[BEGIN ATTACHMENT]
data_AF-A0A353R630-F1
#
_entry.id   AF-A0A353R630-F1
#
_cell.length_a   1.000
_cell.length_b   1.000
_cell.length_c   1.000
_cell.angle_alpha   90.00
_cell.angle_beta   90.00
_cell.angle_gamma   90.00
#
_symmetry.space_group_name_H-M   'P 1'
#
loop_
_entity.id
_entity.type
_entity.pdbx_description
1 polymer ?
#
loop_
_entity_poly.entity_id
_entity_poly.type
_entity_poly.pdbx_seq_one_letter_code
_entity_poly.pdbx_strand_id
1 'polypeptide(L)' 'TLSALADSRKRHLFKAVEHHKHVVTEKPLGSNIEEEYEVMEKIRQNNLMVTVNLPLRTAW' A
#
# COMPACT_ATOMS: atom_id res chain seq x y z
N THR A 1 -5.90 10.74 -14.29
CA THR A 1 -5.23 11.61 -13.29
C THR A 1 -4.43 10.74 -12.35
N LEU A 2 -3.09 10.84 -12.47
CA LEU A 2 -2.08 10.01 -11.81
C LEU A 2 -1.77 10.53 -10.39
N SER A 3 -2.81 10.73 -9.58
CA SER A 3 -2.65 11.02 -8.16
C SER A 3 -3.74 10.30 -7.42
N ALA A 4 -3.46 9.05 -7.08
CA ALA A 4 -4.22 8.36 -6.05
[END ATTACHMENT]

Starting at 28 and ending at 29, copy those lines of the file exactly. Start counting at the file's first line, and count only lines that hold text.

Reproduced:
N THR A 1 -5.90 10.74 -14.29
CA THR A 1 -5.23 11.61 -13.29